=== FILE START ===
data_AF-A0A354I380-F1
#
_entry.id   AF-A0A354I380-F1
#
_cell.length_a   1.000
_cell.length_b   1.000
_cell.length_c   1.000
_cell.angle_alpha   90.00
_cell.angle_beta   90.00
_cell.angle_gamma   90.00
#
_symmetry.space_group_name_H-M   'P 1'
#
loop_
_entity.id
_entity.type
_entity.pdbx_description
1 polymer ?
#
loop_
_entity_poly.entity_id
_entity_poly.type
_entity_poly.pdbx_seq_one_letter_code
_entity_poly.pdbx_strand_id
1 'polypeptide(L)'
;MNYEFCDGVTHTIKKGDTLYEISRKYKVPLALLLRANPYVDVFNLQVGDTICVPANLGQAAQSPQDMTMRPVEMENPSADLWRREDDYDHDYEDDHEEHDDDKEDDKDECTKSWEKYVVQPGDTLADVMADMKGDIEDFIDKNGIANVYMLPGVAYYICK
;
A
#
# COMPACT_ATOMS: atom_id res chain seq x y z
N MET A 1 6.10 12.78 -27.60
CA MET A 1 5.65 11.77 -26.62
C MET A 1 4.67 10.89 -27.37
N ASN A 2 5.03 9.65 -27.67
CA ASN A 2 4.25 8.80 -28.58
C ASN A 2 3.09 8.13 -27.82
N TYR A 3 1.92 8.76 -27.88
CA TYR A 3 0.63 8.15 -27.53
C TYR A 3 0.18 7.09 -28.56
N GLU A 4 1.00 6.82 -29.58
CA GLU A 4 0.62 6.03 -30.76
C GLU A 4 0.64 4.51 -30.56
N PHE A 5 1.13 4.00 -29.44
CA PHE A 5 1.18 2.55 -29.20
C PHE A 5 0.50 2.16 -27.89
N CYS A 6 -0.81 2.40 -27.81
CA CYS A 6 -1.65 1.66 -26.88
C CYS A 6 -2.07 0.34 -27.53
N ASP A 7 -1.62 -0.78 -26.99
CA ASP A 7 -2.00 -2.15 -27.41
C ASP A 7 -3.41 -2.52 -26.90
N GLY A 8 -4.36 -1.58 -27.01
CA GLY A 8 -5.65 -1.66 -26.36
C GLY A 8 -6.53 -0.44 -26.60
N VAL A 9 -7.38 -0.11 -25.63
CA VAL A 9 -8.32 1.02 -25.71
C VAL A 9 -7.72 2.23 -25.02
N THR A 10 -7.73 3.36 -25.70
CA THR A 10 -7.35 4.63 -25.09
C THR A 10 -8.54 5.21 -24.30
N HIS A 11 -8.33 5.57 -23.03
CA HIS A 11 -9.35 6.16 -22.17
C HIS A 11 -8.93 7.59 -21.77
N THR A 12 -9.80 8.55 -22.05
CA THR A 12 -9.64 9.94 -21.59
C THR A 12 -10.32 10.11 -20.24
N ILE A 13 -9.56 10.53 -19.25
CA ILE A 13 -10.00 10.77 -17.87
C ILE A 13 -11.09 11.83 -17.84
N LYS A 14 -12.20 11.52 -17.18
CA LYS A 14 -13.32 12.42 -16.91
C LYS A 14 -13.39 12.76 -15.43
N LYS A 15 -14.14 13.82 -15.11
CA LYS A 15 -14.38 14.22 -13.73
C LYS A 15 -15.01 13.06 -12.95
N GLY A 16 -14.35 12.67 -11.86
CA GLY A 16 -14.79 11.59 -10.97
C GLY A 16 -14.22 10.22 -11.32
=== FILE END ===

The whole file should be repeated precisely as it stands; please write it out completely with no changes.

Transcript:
data_AF-A0A354I380-F1
#
_entry.id   AF-A0A354I380-F1
#
_cell.length_a   1.000
_cell.length_b   1.000
_cell.length_c   1.000
_cell.angle_alpha   90.00
_cell.angle_beta   90.00
_cell.angle_gamma   90.00
#
_symmetry.space_group_name_H-M   'P 1'
#
loop_
_entity.id
_entity.type
_entity.pdbx_description
1 polymer ?
#
loop_
_entity_poly.entity_id
_entity_poly.type
_entity_poly.pdbx_seq_one_letter_code
_entity_poly.pdbx_strand_id
1 'polypeptide(L)'
;MNYEFCDGVTHTIKKGDTLYEISRKYKVPLALLLRANPYVDVFNLQVGDTICVPANLGQAAQSPQDMTMRPVEMENPSADLWRREDDYDHDYEDDHEEHDDDKEDDKDECTKSWEKYVVQPGDTLADVMADMKGDIEDFIDKNGIANVYMLPGVAYYICK
;
A
#
# COMPACT_ATOMS: atom_id res chain seq x y z
N MET A 1 6.10 12.78 -27.60
CA MET A 1 5.65 11.77 -26.62
C MET A 1 4.67 10.89 -27.37
N ASN A 2 5.03 9.65 -27.67
CA ASN A 2 4.25 8.80 -28.58
C ASN A 2 3.09 8.13 -27.82
N TYR A 3 1.92 8.76 -27.88
CA TYR A 3 0.63 8.15 -27.53
C TYR A 3 0.18 7.09 -28.56
N GLU A 4 1.00 6.82 -29.58
CA GLU A 4 0.62 6.03 -30.76
C GLU A 4 0.64 4.51 -30.56
N PHE A 5 1.13 4.00 -29.44
CA PHE A 5 1.18 2.55 -29.20
C PHE A 5 0.50 2.16 -27.89
N CYS A 6 -0.81 2.40 -27.81
CA CYS A 6 -1.65 1.66 -26.88
C CYS A 6 -2.07 0.34 -27.53
N ASP A 7 -1.62 -0.78 -26.99
CA ASP A 7 -2.00 -2.15 -27.41
C ASP A 7 -3.41 -2.52 -26.90
N GLY A 8 -4.36 -1.58 -27.01
CA GLY A 8 -5.65 -1.66 -26.36
C GLY A 8 -6.53 -0.44 -26.60
N VAL A 9 -7.38 -0.11 -25.63
CA VAL A 9 -8.32 1.02 -25.71
C VAL A 9 -7.72 2.23 -25.02
N THR A 10 -7.73 3.36 -25.70
CA THR A 10 -7.35 4.63 -25.09
C THR A 10 -8.54 5.21 -24.30
N HIS A 11 -8.33 5.57 -23.03
CA HIS A 11 -9.35 6.16 -22.17
C HIS A 11 -8.93 7.59 -21.77
N THR A 12 -9.80 8.55 -22.05
CA THR A 12 -9.64 9.94 -21.59
C THR A 12 -10.32 10.11 -20.24
N ILE A 13 -9.56 10.53 -19.25
CA ILE A 13 -10.00 10.77 -17.87
C ILE A 13 -11.09 11.83 -17.84
N LYS A 14 -12.20 11.52 -17.18
CA LYS A 14 -13.32 12.42 -16.91
C LYS A 14 -13.39 12.76 -15.43
N LYS A 15 -14.14 13.82 -15.11
CA LYS A 15 -14.38 14.22 -13.73
C LYS A 15 -15.01 13.06 -12.95
N GLY A 16 -14.35 12.67 -11.86
CA GLY A 16 -14.79 11.59 -10.97
C GLY A 16 -14.22 10.22 -11.32